Submarine is a Common Lisp library that's somewhere between a PostgreSQL library an an object persistency system. It uses Postmodern to communicate with the database. The basic idea is that you create your classes in the metaclass DB-CLASS and submarine cares about creating SQL tables or, if the tables already exist, checking if they conform to the provided specification. Moreover, Submarine supports an intuitive way of expressing both one-to-many and many-to-many relations.

Table of contents

  1. Getting Submarine
  2. Dependencies
  3. Support and mailing lists
  4. License
  5. Introduction for Postmodern users
  6. API reference
  7. Quick start
  8. Caveats and to-do's

Getting submarine

Submarine is ASDF-installable.

You can also download directly both Submarine, and MOP-utils (a small library of MOP related utilities on which Submarine depends). However, submarine isn't very stable at the moment, so I strongly advise you to get the newest version through darcs.

darcs get

You will also need my MOP utilities, which may be incorporated into submarine in the close future:

darcs get

In both cases (downloading the archive or getting it through darcs) you will need to link the .asd files to some place visible by ASDF.

You can also browse the source of submarine and mop-utils.


Submarine depends on Postmodern and Iterate. It uses also my library of MOP utilities, MOP-UTILS, which may become a separate library in the future. On platforms other than SBCL, mop-utils needs Closer-mop.

Support and mailing lists

The submarine-devel mailing list can be used for questions, discussion, bug-reports, patches, or anything else relating to this library. Or mail the author/maintainer directly: Ryszard Szopa.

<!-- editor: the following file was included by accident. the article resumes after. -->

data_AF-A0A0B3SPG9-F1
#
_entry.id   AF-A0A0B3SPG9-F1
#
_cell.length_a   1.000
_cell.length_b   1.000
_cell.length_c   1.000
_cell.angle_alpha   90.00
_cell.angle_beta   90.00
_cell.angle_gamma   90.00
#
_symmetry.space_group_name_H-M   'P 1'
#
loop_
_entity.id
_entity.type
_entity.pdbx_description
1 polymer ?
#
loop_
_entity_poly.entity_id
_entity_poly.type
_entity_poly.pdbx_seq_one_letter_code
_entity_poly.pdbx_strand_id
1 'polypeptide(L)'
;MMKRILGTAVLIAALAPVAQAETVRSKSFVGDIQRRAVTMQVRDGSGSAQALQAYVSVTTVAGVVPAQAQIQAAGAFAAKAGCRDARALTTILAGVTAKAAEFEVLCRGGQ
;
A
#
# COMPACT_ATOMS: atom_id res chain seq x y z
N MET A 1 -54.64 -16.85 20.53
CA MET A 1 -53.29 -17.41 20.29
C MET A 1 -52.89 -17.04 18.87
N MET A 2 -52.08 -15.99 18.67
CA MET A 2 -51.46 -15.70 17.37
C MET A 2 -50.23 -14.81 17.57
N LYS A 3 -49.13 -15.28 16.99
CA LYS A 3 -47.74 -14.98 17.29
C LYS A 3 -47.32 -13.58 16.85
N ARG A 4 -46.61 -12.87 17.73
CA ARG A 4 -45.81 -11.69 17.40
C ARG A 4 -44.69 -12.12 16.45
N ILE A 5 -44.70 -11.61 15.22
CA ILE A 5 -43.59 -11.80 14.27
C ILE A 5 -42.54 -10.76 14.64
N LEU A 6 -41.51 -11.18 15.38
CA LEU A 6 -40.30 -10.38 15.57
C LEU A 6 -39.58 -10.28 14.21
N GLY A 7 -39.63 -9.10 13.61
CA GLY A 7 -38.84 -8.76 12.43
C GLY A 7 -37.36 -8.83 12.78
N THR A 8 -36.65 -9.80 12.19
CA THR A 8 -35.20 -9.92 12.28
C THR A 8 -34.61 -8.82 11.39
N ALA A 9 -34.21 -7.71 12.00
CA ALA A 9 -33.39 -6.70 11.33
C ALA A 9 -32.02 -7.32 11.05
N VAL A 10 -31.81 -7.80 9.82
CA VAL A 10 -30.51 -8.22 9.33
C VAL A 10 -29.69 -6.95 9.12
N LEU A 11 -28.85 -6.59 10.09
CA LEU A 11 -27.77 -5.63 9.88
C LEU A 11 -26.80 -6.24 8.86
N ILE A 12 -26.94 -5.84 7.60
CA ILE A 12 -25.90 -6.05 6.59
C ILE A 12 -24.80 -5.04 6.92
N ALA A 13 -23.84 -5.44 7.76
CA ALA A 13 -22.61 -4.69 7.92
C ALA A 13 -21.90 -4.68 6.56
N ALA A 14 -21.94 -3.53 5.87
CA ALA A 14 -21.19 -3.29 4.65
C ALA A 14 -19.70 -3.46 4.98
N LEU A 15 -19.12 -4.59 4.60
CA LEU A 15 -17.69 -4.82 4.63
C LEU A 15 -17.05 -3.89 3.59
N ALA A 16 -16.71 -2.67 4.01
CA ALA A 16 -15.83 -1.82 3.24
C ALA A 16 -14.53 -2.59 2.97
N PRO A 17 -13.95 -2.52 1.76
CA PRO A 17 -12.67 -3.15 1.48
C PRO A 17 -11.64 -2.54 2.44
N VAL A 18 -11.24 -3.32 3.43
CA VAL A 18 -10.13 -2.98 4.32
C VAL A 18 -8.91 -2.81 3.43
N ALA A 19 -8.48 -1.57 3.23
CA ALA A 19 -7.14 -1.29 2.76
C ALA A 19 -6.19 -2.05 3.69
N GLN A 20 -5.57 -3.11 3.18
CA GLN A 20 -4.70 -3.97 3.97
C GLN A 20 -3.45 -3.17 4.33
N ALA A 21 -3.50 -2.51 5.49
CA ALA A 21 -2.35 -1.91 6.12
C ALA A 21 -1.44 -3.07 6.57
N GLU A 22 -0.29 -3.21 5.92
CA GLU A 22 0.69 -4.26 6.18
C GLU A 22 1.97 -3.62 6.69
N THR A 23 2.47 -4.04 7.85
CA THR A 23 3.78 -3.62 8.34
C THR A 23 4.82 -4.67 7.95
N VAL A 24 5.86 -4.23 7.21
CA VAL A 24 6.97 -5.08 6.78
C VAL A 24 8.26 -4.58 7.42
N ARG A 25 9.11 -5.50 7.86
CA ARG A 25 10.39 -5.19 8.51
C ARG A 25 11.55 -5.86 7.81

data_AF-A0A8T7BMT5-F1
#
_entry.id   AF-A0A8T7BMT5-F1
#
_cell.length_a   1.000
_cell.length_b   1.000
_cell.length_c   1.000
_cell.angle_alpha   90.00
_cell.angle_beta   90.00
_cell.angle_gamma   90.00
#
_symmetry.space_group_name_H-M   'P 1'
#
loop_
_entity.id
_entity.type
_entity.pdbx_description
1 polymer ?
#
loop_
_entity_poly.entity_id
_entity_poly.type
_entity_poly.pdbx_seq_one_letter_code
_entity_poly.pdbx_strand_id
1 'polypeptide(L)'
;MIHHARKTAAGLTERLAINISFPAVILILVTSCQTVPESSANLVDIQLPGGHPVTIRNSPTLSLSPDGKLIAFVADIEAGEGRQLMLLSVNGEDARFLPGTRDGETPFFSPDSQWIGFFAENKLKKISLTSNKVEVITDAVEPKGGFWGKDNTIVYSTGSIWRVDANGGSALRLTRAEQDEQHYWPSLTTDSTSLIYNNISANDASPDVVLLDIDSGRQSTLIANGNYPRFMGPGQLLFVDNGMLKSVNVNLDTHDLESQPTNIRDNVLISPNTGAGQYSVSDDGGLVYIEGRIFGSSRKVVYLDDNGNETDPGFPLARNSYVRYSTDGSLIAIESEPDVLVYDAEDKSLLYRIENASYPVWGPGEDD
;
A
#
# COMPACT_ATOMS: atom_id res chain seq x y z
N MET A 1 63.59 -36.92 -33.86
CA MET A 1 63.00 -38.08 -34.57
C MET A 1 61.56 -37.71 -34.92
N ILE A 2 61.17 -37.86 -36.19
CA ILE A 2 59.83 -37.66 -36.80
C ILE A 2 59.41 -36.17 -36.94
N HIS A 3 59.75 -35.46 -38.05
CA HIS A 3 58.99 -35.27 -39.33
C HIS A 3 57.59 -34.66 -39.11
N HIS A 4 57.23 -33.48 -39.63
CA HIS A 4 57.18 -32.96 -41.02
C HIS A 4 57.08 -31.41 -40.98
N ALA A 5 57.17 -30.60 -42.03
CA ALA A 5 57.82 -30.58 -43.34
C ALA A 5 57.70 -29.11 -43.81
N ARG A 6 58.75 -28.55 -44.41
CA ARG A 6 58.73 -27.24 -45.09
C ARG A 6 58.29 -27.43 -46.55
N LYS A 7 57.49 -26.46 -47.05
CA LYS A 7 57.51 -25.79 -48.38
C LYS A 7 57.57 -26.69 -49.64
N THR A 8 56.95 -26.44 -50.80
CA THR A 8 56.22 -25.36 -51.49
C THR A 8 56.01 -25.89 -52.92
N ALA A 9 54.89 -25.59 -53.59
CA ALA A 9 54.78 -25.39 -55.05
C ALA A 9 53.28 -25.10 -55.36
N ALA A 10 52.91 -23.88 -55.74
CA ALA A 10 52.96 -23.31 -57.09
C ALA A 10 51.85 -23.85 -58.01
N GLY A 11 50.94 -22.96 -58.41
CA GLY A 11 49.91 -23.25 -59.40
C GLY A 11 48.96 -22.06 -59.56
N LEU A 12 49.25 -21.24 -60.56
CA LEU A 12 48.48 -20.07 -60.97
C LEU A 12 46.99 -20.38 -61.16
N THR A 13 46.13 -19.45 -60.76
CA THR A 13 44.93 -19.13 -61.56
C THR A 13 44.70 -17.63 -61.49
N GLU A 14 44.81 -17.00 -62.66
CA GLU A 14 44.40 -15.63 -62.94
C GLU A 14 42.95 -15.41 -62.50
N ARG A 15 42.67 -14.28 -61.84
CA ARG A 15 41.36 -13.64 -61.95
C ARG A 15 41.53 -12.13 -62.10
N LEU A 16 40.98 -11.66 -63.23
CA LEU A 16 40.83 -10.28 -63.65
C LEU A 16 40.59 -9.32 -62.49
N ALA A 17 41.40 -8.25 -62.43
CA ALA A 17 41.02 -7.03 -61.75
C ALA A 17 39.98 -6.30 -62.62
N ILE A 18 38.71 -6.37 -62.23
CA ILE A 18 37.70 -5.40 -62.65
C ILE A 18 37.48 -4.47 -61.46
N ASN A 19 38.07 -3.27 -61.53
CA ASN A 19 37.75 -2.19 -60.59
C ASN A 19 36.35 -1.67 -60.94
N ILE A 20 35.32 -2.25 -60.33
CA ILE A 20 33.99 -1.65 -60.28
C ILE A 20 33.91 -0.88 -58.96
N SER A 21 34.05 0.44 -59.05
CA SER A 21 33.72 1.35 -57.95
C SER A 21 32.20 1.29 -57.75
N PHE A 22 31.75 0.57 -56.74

Submarine is released under a BSD-like license. Which approximately means you can use the code in whatever way you like, except for passing it off as your own or releasing a modified version without indication that it is not the original.

Introduction for Postmodern users

Submarine started as a patch that added, among others, foreign keys support to Postmodern. This meant hacking the DEFTABLE macro and TABLE and TABLEFIELD classes. After some time I realized that my modified Postmodern macros had become far too large and heavy to be easy maintainable. So, I decided to leave Postmodern's code as it was and write a separate library.

Submarine tries to keep as much as possible of Postmodern's original API. I use the same terminology, and functions with similar names will probably do very similar things. My purpose was twofold. First of all, I wanted to make porting programs using Postmodern to Submarine easy. Secondly, this would allow me to use some of Marijn Haverbeke's superb documentation nearly without any changes.

Main differences between Postmodern and Submarine:

API reference

Here you can find some TINAA generated documentation. I document my code a lot, so it should be quite useful (M-. should be your good friend).

Quick start

API references are great, but they are useful only when you already have a basic idea about what can be done with the library. So, here's a poor man's tutorial for Submarine. The code as presented here isn't really suitable for copying and pasting directly into the REPL. However, you may be interested in this file, which is intended to be opened in Emacs with Slime and then C-c'ed form by form.

First, we should create a package for our example.

(in-package :asdf)

(defpackage :submarine-example
  (:use :cl :submarine))
(in-package :submarine-example)

DEFDAO is a wrapper macro, that creates a class inheriting from DAO and with the metaclass set to db-class.

(defdao affiliation ()
  ((name        :type string :initarg :name        :accessor affiliation-name))
  (:connection-spec "submarine-test" "richard" "dupa" "localhost"))

The arguments in the :connection-spec are the following: name of the database, name of the user, password, host. The user should be able to create tables in the given database.

Let's macroexpand last form:

;;           (:CONNECTION-SPEC "submarine-test" "richard" "dupa" "localhost")